Getting rid of the bad apples
Diagnostic technology commonly used in the medical field is now being used to test food quality. Associate Professor Rainer Kunnemeyer from the University of Waikato’s School of Engineering is working with Plant and Food Research and a private company on a Ministry of Business, Innovation and Employment contract to develop sensing systems for quality assessment in fruit. He uses spectroscopy, biophotonics and optoelectronics to find the quality of food. It means food no longer needs to be cut open to test for things such as moisture content, dry matter and sugar content. With laser technology, the light interacts with the fruit to deduce different quality parameters; you can see the condition of the fruit without destroying it. Dr Kunnemeyer and his colleagues have also used non-invasive technology to test the quality of eggs, meat and milk, and to measure the amount of grass in a paddock. They are currently developing instruments that can assess fruit on the vine.
Artist Max Gimblett’s generous donation
As part of the University of Waikato’s 50th jubilee, internationally acclaimed New Zealand artist Max Gimblett will launch an exhibition of works he has donated to the university. The 22 works on paper and two hand-made books make up a collection titled The Universe and will be launched by Mr Gimblett at the Academy of Performing Arts on June 9. That same night Mr Gimblett will give a free public lecture to talk about the Western and Eastern influences in his art. From June 10-13 Mr Gimblett will run a series of two-hour sumi-ink workshops which are also open to the public, costing $80 per person. Sumi-e is an ancient form of Japanese ink brush painting that developed from the practice of Japanese and Chinese calligraphy and is rooted in Zen Buddhism as a meditative practice. To register for the workshops go to https://education.waikato.ac.nz/sumi/
Issues of Māori Governance
An extensive literature review focussing on issues of Māori governance has been published by Te Mata Hautū Taketake, the Māori and Indigenous Governance Centre (MIGC) at the University of Waikato. Ka Takahia ano o tātou Tapuae: Retracing Our Steps is intended for government departments, iwi, academics and the lay community. The publication provides an overview of Māori governance - the structures, processes and systems that incorporate tikanga and mātauranga Māori. MIGC Director Dr Robert Joseph and co-editor of the publication says he saw a need to gather together the disparate articles, book chapters, theses and conference papers on the subject to help promote a new approach to Māori governance that deals appropriately with Māori values, institutions and aspirations. The publication is available from MIGC for $35 + pp.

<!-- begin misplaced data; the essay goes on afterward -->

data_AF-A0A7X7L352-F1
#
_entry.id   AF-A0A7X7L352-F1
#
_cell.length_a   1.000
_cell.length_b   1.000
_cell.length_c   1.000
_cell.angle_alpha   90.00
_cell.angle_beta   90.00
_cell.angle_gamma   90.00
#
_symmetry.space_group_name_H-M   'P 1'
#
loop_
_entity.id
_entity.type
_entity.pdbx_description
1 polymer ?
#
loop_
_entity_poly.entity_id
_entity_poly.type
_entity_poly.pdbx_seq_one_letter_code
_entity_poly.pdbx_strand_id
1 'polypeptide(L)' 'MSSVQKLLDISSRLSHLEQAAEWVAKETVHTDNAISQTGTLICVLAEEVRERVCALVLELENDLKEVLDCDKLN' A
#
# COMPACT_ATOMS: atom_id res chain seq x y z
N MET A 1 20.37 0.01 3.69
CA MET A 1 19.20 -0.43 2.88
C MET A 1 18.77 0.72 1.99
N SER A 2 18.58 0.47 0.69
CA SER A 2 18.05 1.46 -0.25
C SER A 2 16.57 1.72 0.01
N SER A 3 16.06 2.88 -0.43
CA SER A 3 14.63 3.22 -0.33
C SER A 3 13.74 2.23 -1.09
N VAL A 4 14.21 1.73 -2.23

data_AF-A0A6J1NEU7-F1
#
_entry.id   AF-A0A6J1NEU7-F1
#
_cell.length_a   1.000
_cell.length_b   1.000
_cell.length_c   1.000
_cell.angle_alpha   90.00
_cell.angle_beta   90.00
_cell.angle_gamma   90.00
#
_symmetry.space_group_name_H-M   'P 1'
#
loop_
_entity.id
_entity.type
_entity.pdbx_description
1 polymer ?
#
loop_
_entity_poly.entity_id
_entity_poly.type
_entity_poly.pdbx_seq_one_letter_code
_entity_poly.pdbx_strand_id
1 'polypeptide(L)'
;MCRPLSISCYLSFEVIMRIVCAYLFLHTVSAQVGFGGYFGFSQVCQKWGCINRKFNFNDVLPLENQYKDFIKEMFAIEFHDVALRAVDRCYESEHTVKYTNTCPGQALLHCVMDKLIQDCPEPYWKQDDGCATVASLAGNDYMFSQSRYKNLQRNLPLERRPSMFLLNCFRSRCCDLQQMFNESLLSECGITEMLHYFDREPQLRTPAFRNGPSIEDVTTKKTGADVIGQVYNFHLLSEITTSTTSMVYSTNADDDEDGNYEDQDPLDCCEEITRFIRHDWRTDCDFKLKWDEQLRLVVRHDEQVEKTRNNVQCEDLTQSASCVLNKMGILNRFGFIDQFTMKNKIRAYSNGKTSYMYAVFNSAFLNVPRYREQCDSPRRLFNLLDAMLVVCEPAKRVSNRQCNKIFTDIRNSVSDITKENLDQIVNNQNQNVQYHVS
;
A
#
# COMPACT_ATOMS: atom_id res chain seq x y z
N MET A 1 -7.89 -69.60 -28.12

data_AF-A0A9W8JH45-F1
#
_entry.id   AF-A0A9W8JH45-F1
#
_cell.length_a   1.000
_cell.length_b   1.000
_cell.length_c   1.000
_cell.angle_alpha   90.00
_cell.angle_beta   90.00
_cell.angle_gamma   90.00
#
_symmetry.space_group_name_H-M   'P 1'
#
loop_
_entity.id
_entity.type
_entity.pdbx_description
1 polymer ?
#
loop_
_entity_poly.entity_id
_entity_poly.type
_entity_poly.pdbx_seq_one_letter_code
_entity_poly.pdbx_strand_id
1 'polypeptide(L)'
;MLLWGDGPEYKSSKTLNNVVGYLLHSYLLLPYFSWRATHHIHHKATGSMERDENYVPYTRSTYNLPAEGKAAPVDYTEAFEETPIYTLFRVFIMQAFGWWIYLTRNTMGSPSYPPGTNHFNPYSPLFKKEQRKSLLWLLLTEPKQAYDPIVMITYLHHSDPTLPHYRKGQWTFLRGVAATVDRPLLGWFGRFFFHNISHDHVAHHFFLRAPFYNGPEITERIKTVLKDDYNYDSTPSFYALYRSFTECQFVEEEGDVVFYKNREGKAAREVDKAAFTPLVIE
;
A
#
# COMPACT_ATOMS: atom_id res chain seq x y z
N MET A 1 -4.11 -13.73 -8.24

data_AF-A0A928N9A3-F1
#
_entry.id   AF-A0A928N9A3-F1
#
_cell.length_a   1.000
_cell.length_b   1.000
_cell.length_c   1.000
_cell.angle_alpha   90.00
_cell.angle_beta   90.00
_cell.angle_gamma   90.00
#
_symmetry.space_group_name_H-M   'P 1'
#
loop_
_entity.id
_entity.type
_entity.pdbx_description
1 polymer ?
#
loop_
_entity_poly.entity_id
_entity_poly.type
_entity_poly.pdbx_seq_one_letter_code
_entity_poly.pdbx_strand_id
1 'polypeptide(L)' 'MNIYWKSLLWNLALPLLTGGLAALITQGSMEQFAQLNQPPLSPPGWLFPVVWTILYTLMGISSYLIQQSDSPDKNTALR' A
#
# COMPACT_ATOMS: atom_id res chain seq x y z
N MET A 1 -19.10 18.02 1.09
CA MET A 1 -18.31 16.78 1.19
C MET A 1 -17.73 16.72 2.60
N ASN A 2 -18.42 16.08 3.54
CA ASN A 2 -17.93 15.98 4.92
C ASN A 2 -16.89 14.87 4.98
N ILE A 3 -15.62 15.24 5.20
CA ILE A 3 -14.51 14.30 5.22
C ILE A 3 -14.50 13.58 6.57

Our Country's GoodAustralia’s colonial past is the focus of a play being performed by third-year University of Waikato Theatre Studies students. It’s called Our Country’s Good, written by Timerlake Wertenbaker and based on the best-selling Thomas Keneally novel The Playmaker. A boat full of Royal Marine officers and convicts arrives on Australian shores in 1789 and are forced to create a community in the new penal colony. One of the marines volunteers to direct the convicts in a comedy, but circumstances, such as the leading lady’s imminent execution, threaten the performance. Directed by Gaye Poole, the play shows what it means to live without hope and how theatre might be an important agent in the process of forging a civil society. Twenty-one Theatre Studies students are involved in the play, which they say is a layered work about crime, punishment and the redemptive power of artistic practice and pursuit. They also warn that there is strong language and brief nudity. Our Country’s Good runs for four nights at the Academy of Performing Arts, June 4-7 at 7pm.
Voice students to put their best notes forwardThe annual Waikato University Opera Aria contest will see voice students from the music programme putting their best notes forward in an attempt to impress judges and take the coveted first prize. With the university vocal programme larger than ever, this competition will be keenly contested. The Aria Competition will be held at 7pm on Friday, June 6 in the Concert Chamber, Gallagher Academy of Performing Arts, University of Waikato. The competition is open to the public, tickets are $5 at the door or free for students with a valid ID.
Transforming Business as Usual with Sustainable Business Network
The University of Waikato and the Sustainable Business Network (SBN) will host two events this month in Hamilton and Tauranga, to show the pre-recorded keynote speech by renowned sustainable business leader John Elkington. The Transforming Business as Usual presentation, which was originally shown at the 2013 SBN Conference, will be followed by an opportunity to participate in a facilitated discussion on business transformation ideas. John Elkington is a world authority on corporate responsibility and sustainability, and famously coined the phrase ‘Triple Bottom Line’. He is co-founder of UK think tank SustainAbility and has written or co-authored 17 books. The event will take place in Hamilton on Tuesday, June 10, 5.30pm-7pm at the Waikato Management School, Gate 7, Hillcrest Rd, room MSB.1.02. Please register at firstname.lastname@example.org. The Tauranga event is on Wednesday, June 11 from 5.30pm-7pm at the Bongard Centre, 200 Cameron Road. Please register at email@example.com. Gold coin donation.